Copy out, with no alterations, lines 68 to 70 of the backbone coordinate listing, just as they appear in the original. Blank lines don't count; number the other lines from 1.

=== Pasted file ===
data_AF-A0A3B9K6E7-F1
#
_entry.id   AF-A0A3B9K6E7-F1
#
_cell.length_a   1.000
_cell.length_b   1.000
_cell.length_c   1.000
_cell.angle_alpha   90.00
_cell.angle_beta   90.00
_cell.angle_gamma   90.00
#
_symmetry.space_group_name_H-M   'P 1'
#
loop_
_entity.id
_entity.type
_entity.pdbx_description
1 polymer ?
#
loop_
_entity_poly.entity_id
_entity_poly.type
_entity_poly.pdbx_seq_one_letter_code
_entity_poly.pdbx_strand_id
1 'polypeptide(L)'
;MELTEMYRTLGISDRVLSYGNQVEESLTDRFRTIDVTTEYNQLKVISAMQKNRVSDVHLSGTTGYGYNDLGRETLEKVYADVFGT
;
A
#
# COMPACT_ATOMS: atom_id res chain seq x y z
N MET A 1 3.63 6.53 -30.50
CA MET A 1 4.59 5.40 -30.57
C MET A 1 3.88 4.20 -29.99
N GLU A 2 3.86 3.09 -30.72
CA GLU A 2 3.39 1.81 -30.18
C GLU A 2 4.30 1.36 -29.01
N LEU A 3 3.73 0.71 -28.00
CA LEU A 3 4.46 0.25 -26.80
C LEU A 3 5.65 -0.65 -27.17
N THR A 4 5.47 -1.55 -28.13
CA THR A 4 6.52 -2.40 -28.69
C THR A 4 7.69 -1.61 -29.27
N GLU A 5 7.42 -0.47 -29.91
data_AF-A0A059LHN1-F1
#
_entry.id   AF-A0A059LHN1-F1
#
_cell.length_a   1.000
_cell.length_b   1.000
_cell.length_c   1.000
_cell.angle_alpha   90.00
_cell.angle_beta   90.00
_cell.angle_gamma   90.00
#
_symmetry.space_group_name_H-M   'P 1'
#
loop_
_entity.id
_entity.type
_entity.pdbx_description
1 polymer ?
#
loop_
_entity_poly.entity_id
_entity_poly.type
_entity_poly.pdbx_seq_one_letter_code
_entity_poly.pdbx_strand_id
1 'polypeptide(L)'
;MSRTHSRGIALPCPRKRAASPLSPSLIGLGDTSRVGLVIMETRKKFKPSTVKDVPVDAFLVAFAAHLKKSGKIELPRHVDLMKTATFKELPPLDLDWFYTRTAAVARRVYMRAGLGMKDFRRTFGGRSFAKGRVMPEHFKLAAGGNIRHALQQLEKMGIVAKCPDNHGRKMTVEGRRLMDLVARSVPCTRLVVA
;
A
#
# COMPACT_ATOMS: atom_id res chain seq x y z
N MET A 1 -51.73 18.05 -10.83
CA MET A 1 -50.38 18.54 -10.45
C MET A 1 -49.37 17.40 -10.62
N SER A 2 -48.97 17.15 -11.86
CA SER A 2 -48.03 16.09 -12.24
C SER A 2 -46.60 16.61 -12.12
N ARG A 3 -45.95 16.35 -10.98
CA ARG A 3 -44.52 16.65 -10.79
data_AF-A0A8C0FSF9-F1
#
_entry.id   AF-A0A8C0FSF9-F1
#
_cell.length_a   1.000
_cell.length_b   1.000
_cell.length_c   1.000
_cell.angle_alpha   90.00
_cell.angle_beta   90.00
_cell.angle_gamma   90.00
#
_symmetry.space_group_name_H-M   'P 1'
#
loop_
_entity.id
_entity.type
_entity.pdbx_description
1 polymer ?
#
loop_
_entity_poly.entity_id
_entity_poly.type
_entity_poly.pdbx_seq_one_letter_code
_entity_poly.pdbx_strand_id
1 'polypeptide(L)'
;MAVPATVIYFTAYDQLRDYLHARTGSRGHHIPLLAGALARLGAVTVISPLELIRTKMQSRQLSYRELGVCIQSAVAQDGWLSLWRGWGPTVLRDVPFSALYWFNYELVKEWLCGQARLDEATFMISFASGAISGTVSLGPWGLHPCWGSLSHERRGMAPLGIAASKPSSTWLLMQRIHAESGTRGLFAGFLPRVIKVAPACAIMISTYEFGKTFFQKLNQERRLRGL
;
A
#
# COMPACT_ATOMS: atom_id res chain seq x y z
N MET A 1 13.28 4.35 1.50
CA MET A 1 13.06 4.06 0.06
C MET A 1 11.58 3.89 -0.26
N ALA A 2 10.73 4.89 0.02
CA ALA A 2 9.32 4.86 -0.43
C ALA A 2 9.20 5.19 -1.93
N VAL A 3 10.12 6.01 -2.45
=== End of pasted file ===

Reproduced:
1 'polypeptide(L)'
;MSRTHSRGIALPCPRKRAASPLSPSLIGLGDTSRVGLVIMETRKKFKPSTVKDVPVDAFLVAFAAHLKKSGKIELPRHVDLMKTATFKELPPLDLDWFYTRTAAVARRVYMRAGLGMKDFRRTFGGRSFAKGRVMPEHFKLAAGGNIRHALQQLEKMGIVAKCPDNHGRKMTVEGRRLMDLVARSVPCTRLVVA
;